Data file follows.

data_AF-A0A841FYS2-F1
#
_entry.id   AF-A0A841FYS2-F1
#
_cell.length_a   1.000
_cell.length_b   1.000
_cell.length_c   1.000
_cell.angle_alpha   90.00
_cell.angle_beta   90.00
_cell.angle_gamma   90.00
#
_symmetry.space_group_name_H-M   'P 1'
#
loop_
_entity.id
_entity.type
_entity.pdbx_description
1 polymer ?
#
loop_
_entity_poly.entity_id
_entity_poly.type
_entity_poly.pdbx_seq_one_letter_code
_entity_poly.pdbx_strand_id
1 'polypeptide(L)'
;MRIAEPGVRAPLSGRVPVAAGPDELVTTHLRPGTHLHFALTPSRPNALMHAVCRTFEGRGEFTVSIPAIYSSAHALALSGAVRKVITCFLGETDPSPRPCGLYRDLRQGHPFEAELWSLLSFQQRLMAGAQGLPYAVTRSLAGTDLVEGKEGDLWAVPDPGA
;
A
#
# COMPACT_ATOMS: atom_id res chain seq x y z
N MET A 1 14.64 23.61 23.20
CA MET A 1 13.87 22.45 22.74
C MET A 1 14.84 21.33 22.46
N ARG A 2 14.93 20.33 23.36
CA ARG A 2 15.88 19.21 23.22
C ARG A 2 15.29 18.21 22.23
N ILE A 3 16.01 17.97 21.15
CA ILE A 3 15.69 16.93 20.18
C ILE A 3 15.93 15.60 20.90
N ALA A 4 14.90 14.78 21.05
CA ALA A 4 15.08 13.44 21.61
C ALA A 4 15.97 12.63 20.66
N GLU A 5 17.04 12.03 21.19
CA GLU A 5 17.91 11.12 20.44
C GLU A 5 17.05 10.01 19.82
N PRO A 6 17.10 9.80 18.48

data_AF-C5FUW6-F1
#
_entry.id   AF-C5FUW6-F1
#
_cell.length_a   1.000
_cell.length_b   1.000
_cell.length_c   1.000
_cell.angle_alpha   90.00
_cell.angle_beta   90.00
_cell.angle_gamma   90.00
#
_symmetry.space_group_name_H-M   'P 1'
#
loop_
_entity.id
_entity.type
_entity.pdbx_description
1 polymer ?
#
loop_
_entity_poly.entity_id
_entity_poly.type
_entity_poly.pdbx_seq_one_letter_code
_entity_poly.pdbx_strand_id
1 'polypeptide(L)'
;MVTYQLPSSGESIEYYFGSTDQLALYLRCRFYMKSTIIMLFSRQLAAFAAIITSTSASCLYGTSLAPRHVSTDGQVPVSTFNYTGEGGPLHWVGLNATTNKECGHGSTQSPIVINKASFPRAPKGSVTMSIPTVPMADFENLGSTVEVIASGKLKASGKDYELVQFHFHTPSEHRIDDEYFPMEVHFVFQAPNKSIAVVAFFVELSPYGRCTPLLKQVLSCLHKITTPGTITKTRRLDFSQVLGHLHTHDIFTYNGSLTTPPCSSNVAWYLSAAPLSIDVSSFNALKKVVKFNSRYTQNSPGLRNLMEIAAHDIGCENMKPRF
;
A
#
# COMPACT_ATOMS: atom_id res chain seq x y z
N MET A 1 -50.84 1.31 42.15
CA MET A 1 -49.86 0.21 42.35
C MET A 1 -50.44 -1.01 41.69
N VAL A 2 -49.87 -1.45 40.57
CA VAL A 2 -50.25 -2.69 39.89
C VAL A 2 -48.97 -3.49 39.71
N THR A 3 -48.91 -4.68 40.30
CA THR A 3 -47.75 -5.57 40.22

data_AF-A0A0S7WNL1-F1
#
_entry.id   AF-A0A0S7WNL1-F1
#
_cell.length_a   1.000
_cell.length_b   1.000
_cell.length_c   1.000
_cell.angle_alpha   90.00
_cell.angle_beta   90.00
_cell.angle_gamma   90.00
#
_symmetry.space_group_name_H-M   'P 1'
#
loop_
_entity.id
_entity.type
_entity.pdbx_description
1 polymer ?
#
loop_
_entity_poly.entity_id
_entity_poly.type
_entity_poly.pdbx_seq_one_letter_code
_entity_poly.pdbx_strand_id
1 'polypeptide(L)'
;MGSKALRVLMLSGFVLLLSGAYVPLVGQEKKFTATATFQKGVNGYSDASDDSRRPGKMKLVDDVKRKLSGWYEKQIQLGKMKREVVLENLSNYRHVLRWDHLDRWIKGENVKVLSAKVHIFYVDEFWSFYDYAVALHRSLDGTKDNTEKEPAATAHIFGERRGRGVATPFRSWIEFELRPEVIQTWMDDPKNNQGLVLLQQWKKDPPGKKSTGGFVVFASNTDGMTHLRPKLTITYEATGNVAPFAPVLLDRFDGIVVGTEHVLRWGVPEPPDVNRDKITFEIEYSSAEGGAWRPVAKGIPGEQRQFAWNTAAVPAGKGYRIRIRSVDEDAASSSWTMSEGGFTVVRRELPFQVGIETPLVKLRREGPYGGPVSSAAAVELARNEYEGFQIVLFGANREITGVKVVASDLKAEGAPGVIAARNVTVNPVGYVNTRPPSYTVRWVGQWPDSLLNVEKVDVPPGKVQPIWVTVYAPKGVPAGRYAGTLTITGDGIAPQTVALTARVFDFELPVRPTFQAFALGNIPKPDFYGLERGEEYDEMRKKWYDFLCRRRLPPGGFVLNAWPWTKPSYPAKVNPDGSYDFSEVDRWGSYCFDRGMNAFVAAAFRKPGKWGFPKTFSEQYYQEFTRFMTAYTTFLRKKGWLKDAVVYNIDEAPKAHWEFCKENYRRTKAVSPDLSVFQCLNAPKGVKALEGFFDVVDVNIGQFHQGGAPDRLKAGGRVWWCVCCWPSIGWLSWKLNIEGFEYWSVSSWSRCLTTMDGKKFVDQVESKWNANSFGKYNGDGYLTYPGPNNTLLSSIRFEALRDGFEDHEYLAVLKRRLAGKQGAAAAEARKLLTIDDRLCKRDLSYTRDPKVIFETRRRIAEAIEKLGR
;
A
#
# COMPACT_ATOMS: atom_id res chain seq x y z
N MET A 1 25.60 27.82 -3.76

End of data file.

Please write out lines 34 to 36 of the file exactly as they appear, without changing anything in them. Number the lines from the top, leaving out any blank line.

N ARG A 2 14.93 20.33 23.36
CA ARG A 2 15.88 19.21 23.22
C ARG A 2 15.29 18.21 22.23